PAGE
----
McCluskey said that many private schools wouldn’t be able to survive an environment in which the federal government props up public districts but doesn’t offer them any help. A skeptic of state intervention, he said there were persuasive arguments against further rounds of COVID recovery funding. But assuming that some aid to schools is eventually passed, it “shouldn’t discriminate for or against any particular subset of students.”
“It’s supposed to be relief for the entire country, since the entire country is impacted by COVID-19,” McCluskey said. “The private schools, which have always had to compete against something free, are all drowning, but the only ones getting life preservers are public schools. So you’re essentially killing the private schools.”
Some well-funded private schools have received criticism for accessing funds directed to small businesses through the government’s Payroll Protection Program. Thousands of religious institutions have done the same, allowing them to continue paying employees even as they postpone church services and collect fewer contributions from congregants. That initial wave of support crested weeks ago, and as Congress debates next steps, dozens of schools around the country have shuttered forever.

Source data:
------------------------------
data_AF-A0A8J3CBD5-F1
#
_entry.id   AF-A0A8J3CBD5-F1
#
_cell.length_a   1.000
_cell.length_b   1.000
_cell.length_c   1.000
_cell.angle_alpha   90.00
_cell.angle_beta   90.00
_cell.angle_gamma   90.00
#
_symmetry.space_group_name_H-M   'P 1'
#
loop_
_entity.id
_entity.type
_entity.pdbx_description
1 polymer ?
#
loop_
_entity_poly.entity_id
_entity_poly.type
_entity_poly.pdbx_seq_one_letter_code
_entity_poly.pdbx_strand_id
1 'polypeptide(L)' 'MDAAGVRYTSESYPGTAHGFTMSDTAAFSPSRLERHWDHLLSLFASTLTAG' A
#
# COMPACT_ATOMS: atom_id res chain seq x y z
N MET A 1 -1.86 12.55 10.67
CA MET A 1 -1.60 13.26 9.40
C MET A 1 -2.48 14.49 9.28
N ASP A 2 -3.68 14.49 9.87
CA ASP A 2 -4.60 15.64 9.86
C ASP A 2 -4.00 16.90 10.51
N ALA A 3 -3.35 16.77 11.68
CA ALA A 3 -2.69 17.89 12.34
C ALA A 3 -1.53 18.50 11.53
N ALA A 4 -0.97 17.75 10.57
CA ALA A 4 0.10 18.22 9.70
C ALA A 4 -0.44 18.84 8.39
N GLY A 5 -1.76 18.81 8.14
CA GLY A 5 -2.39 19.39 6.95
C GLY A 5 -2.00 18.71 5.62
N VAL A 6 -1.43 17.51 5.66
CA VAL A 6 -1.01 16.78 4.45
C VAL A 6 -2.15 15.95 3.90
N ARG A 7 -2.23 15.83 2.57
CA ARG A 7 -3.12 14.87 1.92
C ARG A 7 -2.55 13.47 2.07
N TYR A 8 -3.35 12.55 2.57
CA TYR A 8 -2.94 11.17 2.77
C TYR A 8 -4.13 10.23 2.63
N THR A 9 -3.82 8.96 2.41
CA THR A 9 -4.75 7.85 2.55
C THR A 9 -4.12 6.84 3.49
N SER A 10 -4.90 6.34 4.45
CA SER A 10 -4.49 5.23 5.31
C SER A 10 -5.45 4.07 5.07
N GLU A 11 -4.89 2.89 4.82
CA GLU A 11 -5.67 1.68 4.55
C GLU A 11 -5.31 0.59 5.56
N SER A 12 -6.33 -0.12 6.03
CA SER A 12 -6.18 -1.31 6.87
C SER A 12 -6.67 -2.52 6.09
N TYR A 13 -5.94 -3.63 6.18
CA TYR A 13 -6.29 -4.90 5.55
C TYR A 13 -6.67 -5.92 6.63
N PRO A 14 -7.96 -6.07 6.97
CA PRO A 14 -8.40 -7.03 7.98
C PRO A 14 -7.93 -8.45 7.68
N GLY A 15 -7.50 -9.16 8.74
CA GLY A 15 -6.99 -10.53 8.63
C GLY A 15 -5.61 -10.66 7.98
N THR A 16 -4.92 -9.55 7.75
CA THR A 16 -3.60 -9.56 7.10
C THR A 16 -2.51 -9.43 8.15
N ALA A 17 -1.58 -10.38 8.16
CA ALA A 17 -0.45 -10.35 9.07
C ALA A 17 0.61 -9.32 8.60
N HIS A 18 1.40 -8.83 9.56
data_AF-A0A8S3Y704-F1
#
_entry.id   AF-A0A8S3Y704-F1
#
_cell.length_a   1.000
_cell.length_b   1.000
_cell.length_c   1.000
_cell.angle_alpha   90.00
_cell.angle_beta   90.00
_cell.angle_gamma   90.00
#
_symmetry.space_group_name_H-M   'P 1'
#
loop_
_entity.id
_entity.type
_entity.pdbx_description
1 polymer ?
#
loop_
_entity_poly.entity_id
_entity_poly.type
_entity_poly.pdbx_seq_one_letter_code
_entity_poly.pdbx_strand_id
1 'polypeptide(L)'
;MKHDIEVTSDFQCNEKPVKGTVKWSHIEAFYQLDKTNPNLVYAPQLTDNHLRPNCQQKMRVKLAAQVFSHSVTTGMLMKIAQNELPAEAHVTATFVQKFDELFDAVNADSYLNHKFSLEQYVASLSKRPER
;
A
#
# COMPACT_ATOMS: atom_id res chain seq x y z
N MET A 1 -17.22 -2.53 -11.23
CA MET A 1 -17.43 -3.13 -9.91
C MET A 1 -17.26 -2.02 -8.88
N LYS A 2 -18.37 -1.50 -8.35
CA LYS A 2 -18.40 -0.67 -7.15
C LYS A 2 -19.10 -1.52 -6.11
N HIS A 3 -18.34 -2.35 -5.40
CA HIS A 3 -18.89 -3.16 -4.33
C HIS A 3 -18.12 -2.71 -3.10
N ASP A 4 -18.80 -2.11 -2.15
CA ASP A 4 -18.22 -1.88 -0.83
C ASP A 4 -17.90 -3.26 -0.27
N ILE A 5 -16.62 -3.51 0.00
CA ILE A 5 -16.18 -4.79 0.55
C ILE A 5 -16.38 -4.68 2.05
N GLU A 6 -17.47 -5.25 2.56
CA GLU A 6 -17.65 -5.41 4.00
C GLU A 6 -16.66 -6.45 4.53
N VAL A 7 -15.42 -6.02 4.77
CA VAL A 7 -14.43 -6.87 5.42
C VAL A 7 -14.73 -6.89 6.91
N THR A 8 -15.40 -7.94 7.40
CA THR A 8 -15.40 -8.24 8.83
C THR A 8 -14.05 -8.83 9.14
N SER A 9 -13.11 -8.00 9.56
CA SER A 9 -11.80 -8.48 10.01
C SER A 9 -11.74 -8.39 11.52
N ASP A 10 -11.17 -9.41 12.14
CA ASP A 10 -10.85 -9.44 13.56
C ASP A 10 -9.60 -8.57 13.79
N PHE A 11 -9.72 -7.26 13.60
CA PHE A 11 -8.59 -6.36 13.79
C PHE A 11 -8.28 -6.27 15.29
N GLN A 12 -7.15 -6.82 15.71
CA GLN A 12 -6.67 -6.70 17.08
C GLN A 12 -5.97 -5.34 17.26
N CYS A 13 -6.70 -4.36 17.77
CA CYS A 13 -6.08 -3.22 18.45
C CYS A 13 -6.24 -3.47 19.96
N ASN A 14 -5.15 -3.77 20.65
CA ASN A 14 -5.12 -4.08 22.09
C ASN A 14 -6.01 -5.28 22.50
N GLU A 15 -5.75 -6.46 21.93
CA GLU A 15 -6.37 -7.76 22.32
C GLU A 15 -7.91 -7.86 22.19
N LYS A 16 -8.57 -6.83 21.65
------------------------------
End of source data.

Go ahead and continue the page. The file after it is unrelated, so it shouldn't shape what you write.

The dilemma galvanized Secretary DeVos to issue her original guidance on sharing COVID relief. But almost immediately, state officials asked her to reconsider the move. In a letter from May 5, the CCSSO claimed that DeVos had misinterpreted the language of the CARES Act, which stipulates that its emergency education fund should be disbursed in the same way as funding from Title I, the U.S. government’s provision benefiting low-income students.
Historically, some Title I dollars are allocated to provide “equitable services” to eligible students in private schools. But DeVos’s guidance encouraged states to share with private schools regardless of how many poor families they serve. Such a regulation “could significantly harm the vulnerable students who were intended to benefit the most from the critical federal COVID-19 education relief funds,” the group wrote.
A few weeks later, Sen. Alexander made news by essentially agreeing with the state chiefs, saying that when Congress passed the CARES Act, most of its members assumed its education funds “would be distributed in the same way that Title I is distributed.” DeVos’s tart response to the CCSSO followed the next day.
Jennings said that DeVos’s proposed rule, which would force states to follow the department’s guidance, faces long odds of ever being adopted. With multiple superintendents — including some from deep-red states — chafing at the idea of handing over precious funds to schools that may serve only wealthy students, Congress could easily use its spending powers to kill the idea.